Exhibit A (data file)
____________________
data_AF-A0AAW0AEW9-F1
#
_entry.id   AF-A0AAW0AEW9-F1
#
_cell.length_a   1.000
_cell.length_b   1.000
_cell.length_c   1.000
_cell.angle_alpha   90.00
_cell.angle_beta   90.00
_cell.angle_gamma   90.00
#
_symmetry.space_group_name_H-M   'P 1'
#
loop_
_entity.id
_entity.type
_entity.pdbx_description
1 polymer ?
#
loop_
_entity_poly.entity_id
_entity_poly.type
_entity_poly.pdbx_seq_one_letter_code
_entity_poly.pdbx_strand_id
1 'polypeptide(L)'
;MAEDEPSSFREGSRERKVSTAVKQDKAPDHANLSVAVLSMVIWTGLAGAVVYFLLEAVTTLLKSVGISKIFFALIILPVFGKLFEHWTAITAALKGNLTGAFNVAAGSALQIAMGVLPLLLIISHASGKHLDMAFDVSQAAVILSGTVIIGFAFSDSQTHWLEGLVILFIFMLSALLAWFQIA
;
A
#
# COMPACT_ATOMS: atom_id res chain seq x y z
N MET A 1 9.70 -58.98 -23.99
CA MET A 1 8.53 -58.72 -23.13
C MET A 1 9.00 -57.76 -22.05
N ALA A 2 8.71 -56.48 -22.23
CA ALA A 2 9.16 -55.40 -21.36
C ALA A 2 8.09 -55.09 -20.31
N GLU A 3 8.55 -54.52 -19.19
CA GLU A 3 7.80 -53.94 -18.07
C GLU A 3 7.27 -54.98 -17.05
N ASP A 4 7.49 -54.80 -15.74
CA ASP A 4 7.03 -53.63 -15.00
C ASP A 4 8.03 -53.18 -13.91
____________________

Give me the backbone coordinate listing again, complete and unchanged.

data_AF-A0AAW0AEW9-F1
#
_entry.id   AF-A0AAW0AEW9-F1
#
_cell.length_a   1.000
_cell.length_b   1.000
_cell.length_c   1.000
_cell.angle_alpha   90.00
_cell.angle_beta   90.00
_cell.angle_gamma   90.00
#
_symmetry.space_group_name_H-M   'P 1'
#
loop_
_entity.id
_entity.type
_entity.pdbx_description
1 polymer ?
#
loop_
_entity_poly.entity_id
_entity_poly.type
_entity_poly.pdbx_seq_one_letter_code
_entity_poly.pdbx_strand_id
1 'polypeptide(L)'
;MAEDEPSSFREGSRERKVSTAVKQDKAPDHANLSVAVLSMVIWTGLAGAVVYFLLEAVTTLLKSVGISKIFFALIILPVFGKLFEHWTAITAALKGNLTGAFNVAAGSALQIAMGVLPLLLIISHASGKHLDMAFDVSQAAVILSGTVIIGFAFSDSQTHWLEGLVILFIFMLSALLAWFQIA
;
A
#
# COMPACT_ATOMS: atom_id res chain seq x y z
N MET A 1 9.70 -58.98 -23.99
CA MET A 1 8.53 -58.72 -23.13
C MET A 1 9.00 -57.76 -22.05
N ALA A 2 8.71 -56.48 -22.23
CA ALA A 2 9.16 -55.40 -21.36
C ALA A 2 8.09 -55.09 -20.31
N GLU A 3 8.55 -54.52 -19.19
CA GLU A 3 7.80 -53.94 -18.07
C GLU A 3 7.27 -54.98 -17.05
N ASP A 4 7.49 -54.80 -15.74
CA ASP A 4 7.03 -53.63 -15.00
C ASP A 4 8.03 -53.18 -13.91